frequently you pay more for one night of a hotel room than you do for a ticket. would we're about two weeks away from lifting of all travel restrictions and there's rately a lot of demand >> demand for warehouses surging across the country, but the supply chain crisis making it heart to actually store anything inside of them in linwood, california, here's jane wells. >> reporter: a big reason you may not get christmas gifts in time is because warehouses near southern california ports are so so full they could take any cargo coming off ships so a funny thing happened when we actually went to a warehouse. as trucks came in from the ports to unload the containers with tvs and fake christmas trees, we
4:36 am
got a surprise it's not that busy how much more crowded is it in here compared to normal? >> right now we should be very crowded. peak season there should be almost no space. >> reporter: yet, there is space. the problem is trucks, not never to bring containers or pick up the boxes. finding enough truckers remains a challenge. empty containers sit around for as long as two weeks before someone gets them. >> if we ask for, let's say, 10, 20 people, we would get three. >> reporter: also a shortage of labor in building warehouses, which is a shame, because as americans continue to buy buy buy, the only of this building can't butt these structures of fast enough. >> vacancy is at an all-time low, that is literally about half of the ten-year historical average. >> reporter: demand is so high
4:37 am
rents are going up the cost of labor is going up. that means the corr of everything you're buying is going up that assumes that everything you're buying arrives on time. >> we should be receiving all the christmas goods right now. we're still receiving halloween. it will be worse before it gets better. >> reporter: this is really the issue, all these empty containers a truck cannot use that much-needed chassis to use, because it's is it you can under this even though china needs they empty containers to go back across the ocean to fill up with more stuff kell where >> just a huge mess. jane, thank you so much for all the reporting you've been doing. cnbc's jane wells. what does big tech know about your money the consumer financial protection bureau demanding
4:38 am
answers from companies about how they track a use your data, the new head of the bureau spoke down inclusively with our ylan mui, to explain why he's so worried. what are his concerns? >> reporter: he believes or personality finances are the next front in the fight over technology in our lives, and that right now it's not an even match. >> i don't want people to be fearful, but they could have answers. there's a lot of consumer protections that exist when you swipe your debit card or credit card, or when you're the victim of identity theft, but it's not clear how it works with some of these emerging services. people may not know when they're a victim of fraud, they may not be able to recover their money. >> he singled out facebook of exploiting data. do we really trust mark zuckerberg and sheryl sandberg to know exactly what we're spending on and who we're transferring money to?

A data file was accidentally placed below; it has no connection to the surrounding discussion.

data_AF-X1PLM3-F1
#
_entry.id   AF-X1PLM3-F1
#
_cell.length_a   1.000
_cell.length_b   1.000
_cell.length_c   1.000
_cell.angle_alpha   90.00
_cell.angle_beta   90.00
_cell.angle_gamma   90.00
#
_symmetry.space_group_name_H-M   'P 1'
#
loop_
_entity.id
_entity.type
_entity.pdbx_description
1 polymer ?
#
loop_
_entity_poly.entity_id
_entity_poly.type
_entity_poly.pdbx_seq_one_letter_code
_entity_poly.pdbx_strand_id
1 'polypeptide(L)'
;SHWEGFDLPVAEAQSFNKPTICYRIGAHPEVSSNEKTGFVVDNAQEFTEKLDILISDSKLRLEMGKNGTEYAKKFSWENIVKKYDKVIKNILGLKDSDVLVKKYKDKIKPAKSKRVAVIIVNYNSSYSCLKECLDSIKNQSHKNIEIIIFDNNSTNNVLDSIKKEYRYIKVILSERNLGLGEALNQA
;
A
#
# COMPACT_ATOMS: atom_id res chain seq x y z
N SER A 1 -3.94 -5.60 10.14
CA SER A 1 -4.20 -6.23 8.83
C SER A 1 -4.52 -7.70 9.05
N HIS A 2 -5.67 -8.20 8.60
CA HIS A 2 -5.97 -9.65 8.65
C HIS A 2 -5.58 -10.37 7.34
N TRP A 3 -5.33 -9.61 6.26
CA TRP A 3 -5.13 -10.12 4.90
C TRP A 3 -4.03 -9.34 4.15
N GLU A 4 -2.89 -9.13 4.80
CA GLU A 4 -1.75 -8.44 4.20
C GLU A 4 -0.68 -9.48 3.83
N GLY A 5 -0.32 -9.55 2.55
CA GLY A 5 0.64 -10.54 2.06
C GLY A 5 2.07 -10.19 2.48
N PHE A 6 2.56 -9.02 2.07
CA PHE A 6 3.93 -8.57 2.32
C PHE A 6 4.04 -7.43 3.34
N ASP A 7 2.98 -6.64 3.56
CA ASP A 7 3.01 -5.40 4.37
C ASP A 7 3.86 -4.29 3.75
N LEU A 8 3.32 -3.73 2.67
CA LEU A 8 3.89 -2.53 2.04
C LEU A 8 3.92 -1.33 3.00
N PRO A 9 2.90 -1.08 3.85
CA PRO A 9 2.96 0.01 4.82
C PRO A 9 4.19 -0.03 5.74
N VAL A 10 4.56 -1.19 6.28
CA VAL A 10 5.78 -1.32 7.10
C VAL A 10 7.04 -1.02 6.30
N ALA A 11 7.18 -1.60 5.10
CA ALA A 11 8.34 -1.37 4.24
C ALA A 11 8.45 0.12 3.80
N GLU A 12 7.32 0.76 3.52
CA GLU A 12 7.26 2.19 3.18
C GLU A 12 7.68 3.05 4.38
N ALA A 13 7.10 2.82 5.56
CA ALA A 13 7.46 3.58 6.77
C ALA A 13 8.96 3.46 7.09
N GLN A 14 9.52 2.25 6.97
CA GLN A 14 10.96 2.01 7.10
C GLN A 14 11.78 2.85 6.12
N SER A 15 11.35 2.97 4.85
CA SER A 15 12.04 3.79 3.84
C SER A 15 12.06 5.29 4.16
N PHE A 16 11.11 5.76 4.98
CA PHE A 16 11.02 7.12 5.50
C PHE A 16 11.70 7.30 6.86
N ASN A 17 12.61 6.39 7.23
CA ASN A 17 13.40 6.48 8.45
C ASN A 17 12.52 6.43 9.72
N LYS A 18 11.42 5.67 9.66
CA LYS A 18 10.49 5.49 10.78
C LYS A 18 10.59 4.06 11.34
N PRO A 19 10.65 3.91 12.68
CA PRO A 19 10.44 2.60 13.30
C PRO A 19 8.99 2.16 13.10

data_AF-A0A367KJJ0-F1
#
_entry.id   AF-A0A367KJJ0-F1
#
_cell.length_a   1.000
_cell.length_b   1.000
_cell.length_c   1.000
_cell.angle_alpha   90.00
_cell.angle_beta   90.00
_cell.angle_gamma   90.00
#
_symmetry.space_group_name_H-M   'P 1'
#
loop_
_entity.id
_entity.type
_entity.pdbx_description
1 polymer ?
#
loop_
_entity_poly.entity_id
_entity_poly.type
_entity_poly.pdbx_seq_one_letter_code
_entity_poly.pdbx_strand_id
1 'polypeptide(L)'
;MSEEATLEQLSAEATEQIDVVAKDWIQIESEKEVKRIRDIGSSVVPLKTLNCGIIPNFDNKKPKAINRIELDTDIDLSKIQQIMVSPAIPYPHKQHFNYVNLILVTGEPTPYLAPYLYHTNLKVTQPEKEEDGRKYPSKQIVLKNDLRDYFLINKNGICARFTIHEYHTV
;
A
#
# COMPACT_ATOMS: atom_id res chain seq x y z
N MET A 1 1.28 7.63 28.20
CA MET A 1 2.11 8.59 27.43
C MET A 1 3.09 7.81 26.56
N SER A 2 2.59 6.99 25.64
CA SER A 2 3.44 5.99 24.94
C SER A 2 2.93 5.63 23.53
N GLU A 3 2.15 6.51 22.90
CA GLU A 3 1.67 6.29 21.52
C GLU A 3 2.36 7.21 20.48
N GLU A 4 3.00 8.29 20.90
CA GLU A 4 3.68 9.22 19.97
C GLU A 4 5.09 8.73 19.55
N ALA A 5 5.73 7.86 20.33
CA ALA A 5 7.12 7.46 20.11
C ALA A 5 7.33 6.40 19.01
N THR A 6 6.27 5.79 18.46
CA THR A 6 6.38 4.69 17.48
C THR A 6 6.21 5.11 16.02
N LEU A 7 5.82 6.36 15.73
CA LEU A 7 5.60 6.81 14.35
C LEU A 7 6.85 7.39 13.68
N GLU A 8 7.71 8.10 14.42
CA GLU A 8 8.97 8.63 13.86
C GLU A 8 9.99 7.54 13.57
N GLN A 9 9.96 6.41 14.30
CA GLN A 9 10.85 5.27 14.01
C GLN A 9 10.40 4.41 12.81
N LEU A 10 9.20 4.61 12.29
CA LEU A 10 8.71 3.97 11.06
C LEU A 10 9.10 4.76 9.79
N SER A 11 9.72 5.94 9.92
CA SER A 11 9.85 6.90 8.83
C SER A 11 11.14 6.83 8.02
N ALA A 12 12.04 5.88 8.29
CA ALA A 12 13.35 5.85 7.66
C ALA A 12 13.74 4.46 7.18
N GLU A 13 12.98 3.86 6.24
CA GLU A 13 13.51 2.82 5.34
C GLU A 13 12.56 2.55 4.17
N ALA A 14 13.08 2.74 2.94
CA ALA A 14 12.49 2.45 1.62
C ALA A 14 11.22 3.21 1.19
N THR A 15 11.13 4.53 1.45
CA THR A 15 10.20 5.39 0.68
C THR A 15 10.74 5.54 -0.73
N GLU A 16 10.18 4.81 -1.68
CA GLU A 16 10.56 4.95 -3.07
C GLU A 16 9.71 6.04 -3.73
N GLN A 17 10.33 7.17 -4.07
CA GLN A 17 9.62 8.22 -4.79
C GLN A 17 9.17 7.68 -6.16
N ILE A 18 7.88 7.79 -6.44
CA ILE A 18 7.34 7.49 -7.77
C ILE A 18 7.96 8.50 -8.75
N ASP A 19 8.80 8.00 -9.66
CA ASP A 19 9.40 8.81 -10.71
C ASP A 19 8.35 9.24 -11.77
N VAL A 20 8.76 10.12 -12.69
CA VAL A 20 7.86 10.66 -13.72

4:39 am
i think the next several years will be defined by big-tech companies' incursion into financial service. >> reporter: tech isn't the only thing that chopra is focused on. other reporters are mortgages, foreclosures and more. >> we have to be on the front lines of finding out what those risks are and taking action before it metastasizes and affects the rest of the economy. >> reporter: kelly, it's clear that chopra intends to be outspoken and already flexing his muscle after just fine dales as head of the bureau. thank you, ylan mui. just in, new reporting on the alec baldwin shooting. what a warning reveals. plus our eamon javers with plus our eamon javers with his reporting on a warning fm at vanguard, you're more than just an investor, you're an owner with access to financial advice, tools and a personalized plan that helps you build a future for those you love. vanguard.
4:40 am
become an owner.
4:41 am
moving is a handful. vanguard. no kidding! fortunately, xfinity makes moving easy. easy? -easy? switch your xfinity services to your new address online in about a minute. that was easy. i know, right? and even save with special offers just for movers. really? yep! so while you handle that, you can keep your internet and all those shows you love, and save money while you're at it with special offers just for movers at an update to our top story tonight, about the deadly
4:42 am
shooting on a movie set. newly released court records say alec baldwin was mistakenly handed a loaded weapon, who indicated it was safe. the cinematographer was shot in the chest and the director who was wounded was standing behind her. baldwin's blood-stained costume was taken as evidence, as well as the weapon that was fired. the united states will lose is status as superpower if it doesn't protect five -- eamon javers, now, which technologies are they talking about >> you know, kelly, i went to a briefing yet at this enormous secure intelligence campus just outside of washington, d.c., where officials laid out the sectors, including artificial intelligence, bio-economic,
4:43 am